Stones, large and long, but not high, are the characteristic of Jewish architecture (Mr 13:1). Robinson mentions one 24 ft. long by six broad, and only three high (Res. 1:233, note 284). Flint stones were used as knives for circumcising (Ex 4:25; Jos 5:2-3 margin). Stones were consecrated as memorials to God by anointing, as that at Bethel (Ge 28:18). The Phoenicians similarly called "meteoric stones" baetylia, and worshipped them. Isa 57:6, "among the smooth stones of the stream is thy portion" (i.e. thy gods, Ps 16:4-5). Gesenius translated "in the bore places of the valley," but what follows confirms KJV, "even to them hast thou poured a drink offering"; compare Le 26:1, "image of stone," margin figured stone.
The "white stone" in Re 2:17 is a glistering diamond, the Urim ("light" answering to "white") borne by the high priest within the "breast-plate" (choshen) of judgment, with the twelve tribes' names on the twelve precious stones, next the heart. None but the high priest knew the name written upon it, perhaps "Jehovah." He consulted it in some divinely appointed way. In our Christian dispensation the high-priest's peculiar treasure, consultation of God's light and truth, belongs to all believers as spiritual priests. If the reference be to Greek ideas, the white conveys the idea of acquittal, the stone that of election. In Zec 12:3 "I will make Jerusalem a burdensome stone ... all that burden themselves with it shall be cut to pieces," alluding to the custom of testing youths' strength by lifting a massive stone (Mt 21:44). The Jews "fell" on Messiah "the rock of offense and were broken"; the rock shall fall on antichrist who "burdens himself with it" by his assault on the restored Jews, and "grind him to powder" (Zechariah 13; 14). Christians are "living stones" built up as a spiritual temple on Christ "the chief corner stone" (Eph 2:20-22; 1Pe 2:4-8).
PRECIOUS STONES were much valued in Palestine. They were used in the breastplate of the high priest, Solomon garnished the temple with them, and they also abound in the description of the New Jerusalem in the Revelation. As the most costly things on earth they are selected to typify the graces of Christ as reflected in His saints. Ex 28:17-20; 1Ch 29:2; Re 21:18-21.
MEMORIAL STONES. Large stones, or heaps of stones, were often raised to commemorate an event, or to be a witness of some compact. Ge 28:18; 31:45-46; Jos 7:26; 15:6; 1Sa 6:15; 7:12. In the exploration of Palestine many large stones have been found, which apparently had been erected as memorial stones. Heaps of stones are also found where some enemy was defeated, and if the circumstances are known to the Arabs, every passer by is expected to add a stone.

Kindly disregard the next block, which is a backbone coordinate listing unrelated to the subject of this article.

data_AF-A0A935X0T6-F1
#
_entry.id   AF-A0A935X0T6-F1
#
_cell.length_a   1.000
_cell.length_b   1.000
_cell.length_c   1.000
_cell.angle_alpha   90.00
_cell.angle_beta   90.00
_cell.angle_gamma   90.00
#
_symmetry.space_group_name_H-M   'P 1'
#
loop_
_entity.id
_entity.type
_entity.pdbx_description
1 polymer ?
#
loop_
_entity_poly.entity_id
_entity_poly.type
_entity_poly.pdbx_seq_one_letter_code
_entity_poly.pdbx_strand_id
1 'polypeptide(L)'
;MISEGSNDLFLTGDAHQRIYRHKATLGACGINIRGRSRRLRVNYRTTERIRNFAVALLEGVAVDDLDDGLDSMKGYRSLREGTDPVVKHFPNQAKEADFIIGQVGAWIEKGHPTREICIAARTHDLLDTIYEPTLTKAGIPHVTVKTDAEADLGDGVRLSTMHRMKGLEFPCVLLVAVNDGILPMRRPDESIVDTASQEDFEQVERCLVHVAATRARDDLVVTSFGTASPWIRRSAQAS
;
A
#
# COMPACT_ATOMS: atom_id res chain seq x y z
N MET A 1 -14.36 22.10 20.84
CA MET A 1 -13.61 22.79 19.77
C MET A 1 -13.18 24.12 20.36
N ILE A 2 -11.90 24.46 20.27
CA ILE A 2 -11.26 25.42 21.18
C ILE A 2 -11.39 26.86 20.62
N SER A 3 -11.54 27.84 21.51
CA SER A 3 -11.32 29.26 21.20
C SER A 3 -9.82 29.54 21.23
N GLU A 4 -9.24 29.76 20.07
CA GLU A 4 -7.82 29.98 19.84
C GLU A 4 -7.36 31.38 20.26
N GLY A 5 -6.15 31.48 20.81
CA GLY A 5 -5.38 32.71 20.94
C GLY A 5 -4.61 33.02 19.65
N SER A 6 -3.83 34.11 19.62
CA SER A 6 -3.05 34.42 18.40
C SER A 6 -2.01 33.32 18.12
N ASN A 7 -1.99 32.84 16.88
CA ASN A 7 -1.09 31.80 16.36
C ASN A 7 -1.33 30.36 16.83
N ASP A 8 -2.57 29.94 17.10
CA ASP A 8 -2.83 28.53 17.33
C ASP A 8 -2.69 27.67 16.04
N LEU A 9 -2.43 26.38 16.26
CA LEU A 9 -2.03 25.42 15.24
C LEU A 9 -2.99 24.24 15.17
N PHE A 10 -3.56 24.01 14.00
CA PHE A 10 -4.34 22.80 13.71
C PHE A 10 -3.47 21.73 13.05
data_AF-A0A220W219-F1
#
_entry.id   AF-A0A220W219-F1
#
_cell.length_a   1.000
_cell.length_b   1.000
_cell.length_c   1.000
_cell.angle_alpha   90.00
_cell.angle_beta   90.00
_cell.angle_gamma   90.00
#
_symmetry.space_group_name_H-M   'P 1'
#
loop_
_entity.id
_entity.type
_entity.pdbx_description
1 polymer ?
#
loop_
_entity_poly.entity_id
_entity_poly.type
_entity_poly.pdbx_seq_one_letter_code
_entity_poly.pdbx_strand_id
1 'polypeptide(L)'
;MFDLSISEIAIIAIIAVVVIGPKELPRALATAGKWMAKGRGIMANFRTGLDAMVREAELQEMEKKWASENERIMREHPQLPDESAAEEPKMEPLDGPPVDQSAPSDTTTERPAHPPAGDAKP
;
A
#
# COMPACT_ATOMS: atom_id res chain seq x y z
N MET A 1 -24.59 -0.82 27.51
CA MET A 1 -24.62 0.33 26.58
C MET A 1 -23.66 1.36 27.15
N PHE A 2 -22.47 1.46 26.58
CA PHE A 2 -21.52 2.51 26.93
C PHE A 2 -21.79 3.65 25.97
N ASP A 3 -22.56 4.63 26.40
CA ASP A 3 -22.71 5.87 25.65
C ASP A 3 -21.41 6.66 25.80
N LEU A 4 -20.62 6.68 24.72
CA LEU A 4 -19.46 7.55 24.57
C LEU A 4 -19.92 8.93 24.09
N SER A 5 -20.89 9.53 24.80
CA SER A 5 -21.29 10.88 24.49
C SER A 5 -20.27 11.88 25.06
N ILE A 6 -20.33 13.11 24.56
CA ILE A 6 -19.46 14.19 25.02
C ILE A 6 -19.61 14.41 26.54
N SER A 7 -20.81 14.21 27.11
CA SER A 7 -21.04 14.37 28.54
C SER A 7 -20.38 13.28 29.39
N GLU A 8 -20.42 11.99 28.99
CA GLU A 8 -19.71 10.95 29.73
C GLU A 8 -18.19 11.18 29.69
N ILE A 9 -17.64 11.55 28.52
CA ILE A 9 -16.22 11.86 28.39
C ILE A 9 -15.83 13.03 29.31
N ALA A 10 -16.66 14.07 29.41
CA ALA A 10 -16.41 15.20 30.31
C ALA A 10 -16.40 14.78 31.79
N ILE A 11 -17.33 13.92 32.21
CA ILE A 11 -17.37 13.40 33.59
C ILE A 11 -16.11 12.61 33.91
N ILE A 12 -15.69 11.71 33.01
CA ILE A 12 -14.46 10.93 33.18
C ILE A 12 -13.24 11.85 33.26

BUILDING STONES. For the foundation of the temple Solomon ordered "great stones, costly stones, and hewed stones." As Jerusalem was built on two or three hills, to obtain a level place for the temple much stonework had to be erected on the shelving rock, before any part of the temple itself could be commenced. Some of such stonework is still to be seen in situ. Some are 'great stones:' one measures 38 feet 9 inches. They are so beautifully squared that they need no cement between them; they have a narrow draft cut along the edges. There is a quarry under Jerusalem, from which much stone had anciently been taken. See JERUSALEM.
Stones were also used for other purposes. In early days they were made into weapons; circumcision was practised with sharp stones. Ex 4:25; Jos 5:2-3. The law was engraven on stones. Ex 24:12; Jos 8:32; 2Co 3:7. Stones were cast upon land to spoil it for agriculture. 2Ki 3:19,25. They were used in the punishment of stoning. Joh 10:31-33. And given as a token of approval, as the white stone in Re 2:17.
Metaphorically stones represent hardness, strength, firmness: as the 'stony heart.' Eze 11:19; 36:26. The Lord Jesus is the 'stone' which the Jewish builders refused, but He became the head stone of the corner. Mt 21:42. He is also the 'living stone,' to whom the saints come as 'living stones,' and are built up 'a spiritual house.' 1Pe 2:4-5.
Besides the ordinary uses to which stones were applied, we may mention that large stones were set up to commemorate any remarkable event.
Such stones were occasionally consecrated By anointing.
Heaps of stones were piled up on various occasions, as in token of a treaty,
or over the grave of some notorious offender.
The "white stone" noticed in
has been variously regarded as referring to the pebble of acquittal used in the Greek courts; to the lot cast in elections in Greece to both these combined; to the stones in the high priest's breastplate; to the tickets presented to the victor at the public games; or, lastly, to the custom of writing on stones. The notice in
of the "burdensome stone" is referred by Jerome to the custom of lifting stones as an exercise of strength, comp. Ecclus. 6:21; but it may equally well be explained of a large corner-stone as a symbol of strength.
Stones are used metaphorically to denote hardness or insensibility,
as well as firmness or strength.
The members of the Church are called "living stones," as contributing to rear that living temple in which Christ, himself "a living stone," is the chief or head of the corner.